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Cervélo R5 review

9 Dec 2021

Team Jumbo-Visma’s climbing bike is light and stiff. Who would have thought it?

Cyclist Rating: 
Ultra-stiff • Low weight • WorldTour pedigree
Perhaps too firm and focussed for some riders

The Cervélo R5 is a WorldTour-proven race bike built around a frame claimed to weigh just 703g. An explicitly climbing-focussed counterpart to the aero-everything Cervélo S5, the R5 has been updated with a newly refined frameset that features fully hidden cables and a host of minor tweaks.

‘If you look back at the Porsche 911s of the 1980s, they were widow-makers and the performance wasn’t there. But look at a current generation GT2 and it’s like you can – you shouldn’t, but you can – get the groceries.

‘It’s comfortable every day, and you can potter around town in it. It’s not temperamental when it’s cold in the morning. It just does what it has to do and doesn’t complain. I think that’s where this generation of bikes is now.’

• Buy the Cervélo R5 from Sigma Sports (£8,599)

So says Scott Roy, engineering manager at Cervélo and the man ultimately responsible for the latest R5.

Is it an everyday superbike? The underlying recipe hasn’t changed. The new model is an explicitly weight-focussed counterpart to the aero-everything S-series and it has already been proven at WorldTour level beneath the likes of Primož Roglič.

‘New’ is perhaps a strong word – it’s more a refinement of the existing platform – but the list of minor changes is lengthy and, with a frame weighing a claimed 703g for a 56cm, it all adds up to less than before – 16% less, to be precise.

Cervélo says it has upped comfort levels via a reduction in the longitudinal stiffness of the fork and a lowering of the seat cluster, increasing the length of seatpost able to flex in fresh air.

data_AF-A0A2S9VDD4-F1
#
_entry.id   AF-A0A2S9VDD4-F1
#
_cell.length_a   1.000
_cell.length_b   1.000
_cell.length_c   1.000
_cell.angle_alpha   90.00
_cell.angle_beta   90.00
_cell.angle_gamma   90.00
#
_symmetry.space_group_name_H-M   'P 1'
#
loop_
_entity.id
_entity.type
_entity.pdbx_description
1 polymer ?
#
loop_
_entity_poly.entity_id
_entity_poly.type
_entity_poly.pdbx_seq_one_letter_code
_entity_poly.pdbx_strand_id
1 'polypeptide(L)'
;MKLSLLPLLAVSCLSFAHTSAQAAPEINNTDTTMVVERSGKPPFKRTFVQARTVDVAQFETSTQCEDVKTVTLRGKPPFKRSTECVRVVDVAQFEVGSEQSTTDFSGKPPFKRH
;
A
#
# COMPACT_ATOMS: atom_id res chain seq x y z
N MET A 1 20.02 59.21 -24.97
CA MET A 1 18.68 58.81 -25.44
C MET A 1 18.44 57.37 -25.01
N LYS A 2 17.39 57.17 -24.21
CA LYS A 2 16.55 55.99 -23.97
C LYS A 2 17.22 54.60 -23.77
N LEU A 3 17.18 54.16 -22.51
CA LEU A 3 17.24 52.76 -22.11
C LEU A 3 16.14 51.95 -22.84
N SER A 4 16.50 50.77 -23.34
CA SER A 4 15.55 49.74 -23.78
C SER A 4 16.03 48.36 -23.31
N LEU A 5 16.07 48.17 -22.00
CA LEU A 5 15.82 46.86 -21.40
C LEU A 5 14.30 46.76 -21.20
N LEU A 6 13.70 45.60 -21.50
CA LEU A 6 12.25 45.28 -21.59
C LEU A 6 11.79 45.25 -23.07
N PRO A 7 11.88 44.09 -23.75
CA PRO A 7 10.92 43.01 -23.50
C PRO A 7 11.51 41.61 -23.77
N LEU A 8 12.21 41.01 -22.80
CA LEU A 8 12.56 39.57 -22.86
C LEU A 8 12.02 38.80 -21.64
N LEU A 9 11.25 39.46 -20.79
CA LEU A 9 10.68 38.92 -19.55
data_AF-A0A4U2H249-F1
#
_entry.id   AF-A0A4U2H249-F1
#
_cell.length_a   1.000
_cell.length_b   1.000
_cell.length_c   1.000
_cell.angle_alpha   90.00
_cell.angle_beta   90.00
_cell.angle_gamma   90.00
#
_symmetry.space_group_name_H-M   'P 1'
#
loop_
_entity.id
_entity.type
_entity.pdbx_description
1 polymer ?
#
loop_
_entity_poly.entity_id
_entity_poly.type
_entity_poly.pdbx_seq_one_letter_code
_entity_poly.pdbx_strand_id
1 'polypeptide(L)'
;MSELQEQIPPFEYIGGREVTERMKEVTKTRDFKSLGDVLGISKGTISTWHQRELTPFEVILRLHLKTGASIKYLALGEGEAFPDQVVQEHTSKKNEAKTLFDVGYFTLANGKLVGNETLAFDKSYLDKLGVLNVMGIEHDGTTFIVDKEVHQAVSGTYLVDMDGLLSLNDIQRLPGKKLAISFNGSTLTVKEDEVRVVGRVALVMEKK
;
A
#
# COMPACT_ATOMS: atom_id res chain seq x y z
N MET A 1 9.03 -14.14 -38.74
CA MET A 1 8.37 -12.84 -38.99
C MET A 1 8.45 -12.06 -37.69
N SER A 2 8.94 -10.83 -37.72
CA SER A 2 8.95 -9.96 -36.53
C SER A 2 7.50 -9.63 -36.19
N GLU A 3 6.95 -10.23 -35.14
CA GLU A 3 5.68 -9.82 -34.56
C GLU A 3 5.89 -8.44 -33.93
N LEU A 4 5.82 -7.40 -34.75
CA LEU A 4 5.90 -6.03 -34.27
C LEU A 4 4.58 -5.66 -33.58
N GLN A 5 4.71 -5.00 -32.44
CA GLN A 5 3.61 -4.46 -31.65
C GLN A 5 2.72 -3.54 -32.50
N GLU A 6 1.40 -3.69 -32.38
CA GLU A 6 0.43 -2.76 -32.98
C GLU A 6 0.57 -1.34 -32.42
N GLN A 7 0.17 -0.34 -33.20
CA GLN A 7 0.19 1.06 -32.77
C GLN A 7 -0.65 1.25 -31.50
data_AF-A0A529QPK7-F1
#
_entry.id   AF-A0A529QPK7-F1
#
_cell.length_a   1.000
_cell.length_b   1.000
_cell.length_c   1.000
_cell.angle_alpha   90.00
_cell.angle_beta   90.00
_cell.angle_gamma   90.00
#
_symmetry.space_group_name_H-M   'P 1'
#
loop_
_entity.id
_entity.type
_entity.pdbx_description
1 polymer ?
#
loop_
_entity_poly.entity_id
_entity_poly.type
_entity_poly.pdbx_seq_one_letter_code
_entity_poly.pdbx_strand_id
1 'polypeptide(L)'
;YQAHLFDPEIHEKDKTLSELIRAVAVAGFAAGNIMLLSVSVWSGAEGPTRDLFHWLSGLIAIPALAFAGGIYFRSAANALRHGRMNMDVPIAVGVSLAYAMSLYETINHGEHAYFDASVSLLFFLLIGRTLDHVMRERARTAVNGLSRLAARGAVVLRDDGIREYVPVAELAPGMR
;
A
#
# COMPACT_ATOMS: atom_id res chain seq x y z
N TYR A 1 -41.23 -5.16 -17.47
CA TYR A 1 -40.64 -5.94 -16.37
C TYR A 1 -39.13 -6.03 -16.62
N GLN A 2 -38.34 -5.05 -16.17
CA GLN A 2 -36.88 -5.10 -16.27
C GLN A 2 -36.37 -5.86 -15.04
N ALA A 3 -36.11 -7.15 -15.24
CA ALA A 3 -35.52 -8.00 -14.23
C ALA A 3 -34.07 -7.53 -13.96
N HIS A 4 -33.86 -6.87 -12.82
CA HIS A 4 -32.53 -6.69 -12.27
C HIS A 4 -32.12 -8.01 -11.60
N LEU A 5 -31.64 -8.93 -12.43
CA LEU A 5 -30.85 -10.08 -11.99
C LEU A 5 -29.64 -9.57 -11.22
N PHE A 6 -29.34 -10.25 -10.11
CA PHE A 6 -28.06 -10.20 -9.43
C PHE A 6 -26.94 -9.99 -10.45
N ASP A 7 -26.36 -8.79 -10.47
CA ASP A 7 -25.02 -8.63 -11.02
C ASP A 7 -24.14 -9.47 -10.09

On the frame stiffness front, Roy explains that experience and ‘a tonne of historical data’ led his team to target a head-tube-to-bottom-bracket stiffness ratio of 45%, but that this isn’t some sort of ‘golden ratio’ – it’s ever-evolving.

In keeping with a trend towards ever-more integration, the 2022 bike has its cables hidden entirely from view. This is achieved via a design debuted on the brand’s Caledonia-5 endurance road bike, where the fork steerer’s cross-section is U-shaped, creating a channel down its front in which to route hydraulic hoses. There are no gear cables with the electronic groupsets this bike is meant for, and indeed the frameset is not designed to accept mechanical groupsets at all.

What it does accommodate are larger tyres than ever, up to 34mm, meaning the R5 now offers as much clearance as the all-road Caledonia-5, albeit with a slightly more head-down riding position and no concessions to boring practicalities such as mudguard mounts.

What, no aero?

Despite the added comfort and tyre clearance, the R5 is speed-oriented, and director of product management Maria Benson is emphatic that Cervélo’s ‘make riders faster’ ethos still applies: ‘Everything we do is based on that intention.’

That pursuit of speed hasn’t tempted Cervélo to go down the aerodynamic route in the way that other brands have with their climber’s bikes, such as the Specialized Tarmac and Cannondale SuperSix.

There are some subtle aero details, and the move to internal cables apparently saves 2.5W at 40kmh, but the R5 remains focussed on weight, and Roy also stresses the importance of how bikes make their riders feel: ‘The psychological aspect of sport is just as powerful as the numbers themselves.’